Environment groups furious after cosmetic changes

Environmentalists, from left, Aaron McConchie, Reg Whale and Heather Rogan believe the weir could be the last straw for the endangered New Zealand fairy tern.

Environmental groups and farmers are furious that a controversial weir on Te Arai stream remains largely intact after being led to believe that it would be removed entirely by the end of January.

The groups say the weir, installed by developer Te Arai North Limited (TANL), poses a threat to endangered New Zealand native birds by restricting fish passage upstream, which the birds depend on for food.

Their fears were confirmed by Auckland Council ecologists Matt Bloxham and Tim Lovegrove, who investigated the weir last year.

It is feared the weir could completely wipe out the New Zealand fairy tern, with a population of only about 40 birds.

Local farmers are also upset about the weir, blaming it for creating a water choke point that has exacerbated flooding on local farms.

The expectation that the weir was on its way out came after Land Information New Zealand (LINZ) granted TANL permission to access Crown-owned land to return the stream to its pre-2013 state, when no weir existed.

LINZ spokesperson Steven Law says permission was granted when Council informed LINZ that TANL was required to undertake the works to comply with a Council abatement notice.

But when environmental group representatives visited the stream to inspect the work earlier this month, they found the weir was still there and recent modifications to it were only cosmetic.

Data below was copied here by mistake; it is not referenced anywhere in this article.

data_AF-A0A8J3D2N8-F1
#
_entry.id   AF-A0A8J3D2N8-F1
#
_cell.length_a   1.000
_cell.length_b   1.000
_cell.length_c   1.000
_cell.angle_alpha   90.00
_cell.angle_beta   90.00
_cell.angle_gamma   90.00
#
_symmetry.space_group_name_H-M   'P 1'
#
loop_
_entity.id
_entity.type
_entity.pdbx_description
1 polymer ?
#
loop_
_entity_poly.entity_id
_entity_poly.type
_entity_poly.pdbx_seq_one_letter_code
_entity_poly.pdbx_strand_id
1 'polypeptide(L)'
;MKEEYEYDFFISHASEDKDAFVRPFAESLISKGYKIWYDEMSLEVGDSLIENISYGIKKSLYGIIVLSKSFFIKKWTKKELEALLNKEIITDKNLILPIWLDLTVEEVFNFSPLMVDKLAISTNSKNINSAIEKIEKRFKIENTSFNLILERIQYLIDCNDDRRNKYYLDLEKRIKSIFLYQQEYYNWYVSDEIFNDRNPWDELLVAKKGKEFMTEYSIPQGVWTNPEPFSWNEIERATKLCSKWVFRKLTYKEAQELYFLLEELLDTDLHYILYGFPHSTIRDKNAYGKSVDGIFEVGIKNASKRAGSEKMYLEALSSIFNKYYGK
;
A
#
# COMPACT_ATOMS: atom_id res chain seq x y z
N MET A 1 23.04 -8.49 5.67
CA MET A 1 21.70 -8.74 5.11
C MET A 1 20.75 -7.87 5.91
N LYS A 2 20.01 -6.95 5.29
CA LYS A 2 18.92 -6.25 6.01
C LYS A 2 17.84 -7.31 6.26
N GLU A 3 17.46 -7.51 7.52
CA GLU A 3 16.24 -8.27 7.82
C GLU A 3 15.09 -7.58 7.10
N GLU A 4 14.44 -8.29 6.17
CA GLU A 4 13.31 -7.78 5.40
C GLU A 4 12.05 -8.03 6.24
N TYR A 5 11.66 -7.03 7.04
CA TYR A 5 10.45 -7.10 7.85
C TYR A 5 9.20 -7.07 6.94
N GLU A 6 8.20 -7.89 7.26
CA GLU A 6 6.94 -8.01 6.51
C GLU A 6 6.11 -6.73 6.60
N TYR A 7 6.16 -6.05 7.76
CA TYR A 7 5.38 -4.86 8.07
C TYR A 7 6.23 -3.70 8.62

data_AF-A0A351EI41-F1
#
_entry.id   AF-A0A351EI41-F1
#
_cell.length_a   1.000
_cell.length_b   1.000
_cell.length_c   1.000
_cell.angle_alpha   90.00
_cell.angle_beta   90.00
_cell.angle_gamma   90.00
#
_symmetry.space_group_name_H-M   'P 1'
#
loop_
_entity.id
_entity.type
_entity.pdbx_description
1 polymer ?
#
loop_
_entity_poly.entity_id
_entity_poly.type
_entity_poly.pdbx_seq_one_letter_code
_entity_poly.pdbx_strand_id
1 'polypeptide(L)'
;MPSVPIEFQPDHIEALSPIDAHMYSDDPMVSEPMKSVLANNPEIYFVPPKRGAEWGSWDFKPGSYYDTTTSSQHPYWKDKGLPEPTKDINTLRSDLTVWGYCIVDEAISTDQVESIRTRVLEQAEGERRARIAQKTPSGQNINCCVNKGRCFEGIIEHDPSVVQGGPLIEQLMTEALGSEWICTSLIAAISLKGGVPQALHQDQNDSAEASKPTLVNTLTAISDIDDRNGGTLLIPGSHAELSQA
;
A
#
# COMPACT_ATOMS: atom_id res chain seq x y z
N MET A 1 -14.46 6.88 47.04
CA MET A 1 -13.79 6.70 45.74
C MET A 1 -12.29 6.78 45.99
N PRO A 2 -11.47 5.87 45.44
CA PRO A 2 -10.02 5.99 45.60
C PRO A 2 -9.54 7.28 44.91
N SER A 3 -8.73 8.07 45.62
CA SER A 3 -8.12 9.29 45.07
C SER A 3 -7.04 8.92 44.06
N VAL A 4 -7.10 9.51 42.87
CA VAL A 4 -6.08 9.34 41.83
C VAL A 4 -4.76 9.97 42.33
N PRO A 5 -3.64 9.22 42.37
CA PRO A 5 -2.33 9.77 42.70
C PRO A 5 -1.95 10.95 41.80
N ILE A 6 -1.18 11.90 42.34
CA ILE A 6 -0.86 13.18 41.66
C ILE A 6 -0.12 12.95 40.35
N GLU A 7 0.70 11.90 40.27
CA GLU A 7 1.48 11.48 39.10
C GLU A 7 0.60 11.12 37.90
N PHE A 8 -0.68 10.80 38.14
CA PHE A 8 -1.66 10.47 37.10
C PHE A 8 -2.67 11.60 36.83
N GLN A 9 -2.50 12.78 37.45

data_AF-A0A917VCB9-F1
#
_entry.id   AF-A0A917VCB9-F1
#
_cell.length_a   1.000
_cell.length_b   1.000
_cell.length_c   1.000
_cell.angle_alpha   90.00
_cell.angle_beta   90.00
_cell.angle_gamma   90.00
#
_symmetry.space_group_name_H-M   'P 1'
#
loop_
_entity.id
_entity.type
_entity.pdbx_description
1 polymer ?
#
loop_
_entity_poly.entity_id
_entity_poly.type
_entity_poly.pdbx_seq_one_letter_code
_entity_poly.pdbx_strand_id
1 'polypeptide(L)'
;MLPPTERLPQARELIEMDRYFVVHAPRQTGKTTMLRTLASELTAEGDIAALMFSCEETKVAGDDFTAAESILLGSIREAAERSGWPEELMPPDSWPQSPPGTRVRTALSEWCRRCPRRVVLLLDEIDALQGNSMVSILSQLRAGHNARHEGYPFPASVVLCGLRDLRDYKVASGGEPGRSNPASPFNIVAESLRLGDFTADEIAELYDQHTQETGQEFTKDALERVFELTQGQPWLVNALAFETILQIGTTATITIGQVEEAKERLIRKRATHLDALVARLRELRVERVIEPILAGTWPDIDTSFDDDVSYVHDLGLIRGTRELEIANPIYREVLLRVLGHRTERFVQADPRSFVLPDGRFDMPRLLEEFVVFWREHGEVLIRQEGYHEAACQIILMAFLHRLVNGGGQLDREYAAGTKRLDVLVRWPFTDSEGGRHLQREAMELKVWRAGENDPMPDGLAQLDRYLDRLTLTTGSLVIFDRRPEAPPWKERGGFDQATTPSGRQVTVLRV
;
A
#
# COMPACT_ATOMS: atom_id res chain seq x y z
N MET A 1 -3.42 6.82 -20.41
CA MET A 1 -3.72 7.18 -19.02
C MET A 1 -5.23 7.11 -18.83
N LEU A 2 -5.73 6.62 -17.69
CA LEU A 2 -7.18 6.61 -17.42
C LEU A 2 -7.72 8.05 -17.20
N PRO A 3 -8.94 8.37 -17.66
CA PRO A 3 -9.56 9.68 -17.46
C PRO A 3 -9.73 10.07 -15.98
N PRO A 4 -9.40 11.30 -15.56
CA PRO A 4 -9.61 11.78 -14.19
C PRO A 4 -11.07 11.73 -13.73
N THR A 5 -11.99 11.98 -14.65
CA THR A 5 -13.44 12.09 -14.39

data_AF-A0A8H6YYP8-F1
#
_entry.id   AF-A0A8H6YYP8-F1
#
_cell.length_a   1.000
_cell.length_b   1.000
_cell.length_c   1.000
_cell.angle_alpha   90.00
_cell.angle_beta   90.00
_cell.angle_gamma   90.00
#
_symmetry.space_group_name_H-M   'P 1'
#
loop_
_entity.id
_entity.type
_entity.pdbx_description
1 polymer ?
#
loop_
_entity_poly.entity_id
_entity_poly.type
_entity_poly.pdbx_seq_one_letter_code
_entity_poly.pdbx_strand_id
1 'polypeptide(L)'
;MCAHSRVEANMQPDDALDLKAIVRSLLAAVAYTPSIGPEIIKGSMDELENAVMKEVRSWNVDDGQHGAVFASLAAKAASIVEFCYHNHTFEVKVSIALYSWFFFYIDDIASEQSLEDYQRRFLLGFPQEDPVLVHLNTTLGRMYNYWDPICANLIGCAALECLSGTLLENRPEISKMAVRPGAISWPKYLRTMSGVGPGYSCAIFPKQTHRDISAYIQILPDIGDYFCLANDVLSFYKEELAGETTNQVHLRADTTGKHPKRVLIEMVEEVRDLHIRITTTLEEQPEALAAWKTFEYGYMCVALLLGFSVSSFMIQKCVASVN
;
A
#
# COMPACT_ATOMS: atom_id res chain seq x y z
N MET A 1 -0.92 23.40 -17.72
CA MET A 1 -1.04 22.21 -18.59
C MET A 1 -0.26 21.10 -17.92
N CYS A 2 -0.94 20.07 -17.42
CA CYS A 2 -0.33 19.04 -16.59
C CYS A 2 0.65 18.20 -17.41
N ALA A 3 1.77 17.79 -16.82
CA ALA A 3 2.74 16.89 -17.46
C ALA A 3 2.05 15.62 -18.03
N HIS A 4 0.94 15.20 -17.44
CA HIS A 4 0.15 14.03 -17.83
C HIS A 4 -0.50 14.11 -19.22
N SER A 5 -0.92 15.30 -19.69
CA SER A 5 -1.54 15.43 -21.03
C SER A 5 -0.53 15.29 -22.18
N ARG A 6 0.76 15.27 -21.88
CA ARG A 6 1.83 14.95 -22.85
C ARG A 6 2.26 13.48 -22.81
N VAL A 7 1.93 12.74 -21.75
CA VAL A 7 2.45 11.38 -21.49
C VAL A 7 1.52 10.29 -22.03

Those checking out the work were the convener of the Fairy Tern Charitable Trust, Heather Rogan, Save Te Arai chair Aaron McConchie and the vice-president of the Te Arai Beach Preservation Society, Reg Whale.

They say it looks as though some rocks and concrete have been chipped off the top of the weir, marginally reducing its height and making it look more natural, but this has done nothing to address the ecological problems it has created.

Ms Rogan, who previously expressed delight at the prospect of the weir’s removal following the news from LINZ, says she is “very disappointed”.

“Fish won’t be able to get back upstream and the threat to the fairy terns remains,” she says.

Local farmers are equally dismayed.

Dairy farmer Jill Parsons says prior to the installation of the weir, any flooding on their land would dissipate within hours.

Now it takes two to three days before the waters recede.

She says the minimal weir modifications will make no difference.

The concerns of farmers have been taken up by Rodney Local Board member Colin Smith.

Mr Smith says it’s imperative the weir is removed entirely to stop massive flooding.

“The Council needs to stand up, get some balls, and pull this stinking thing out,” he says.

But TANL maintains concerns about the weir are entirely unfounded.

Spokesperson David Lewis says TANL’s engineering advice is that a landform downstream of the weir, which throttles storm flows, is the primary cause of upstream flooding, not the weir.

He says that the original construction of the weir included the installation of a fish passage structure, which both Department of Conservation and Council ecologists confirm is working.

He says the weir has had no detrimental effect on fish passage or bird life.

He adds that Council abatement notice only related to work TANL carried out from 2014 and Council has never required TANL to return the stream to its pre-2013 state.   

Mahurangi Matters approached the Council for comment on this story, but received no response prior to going to press.


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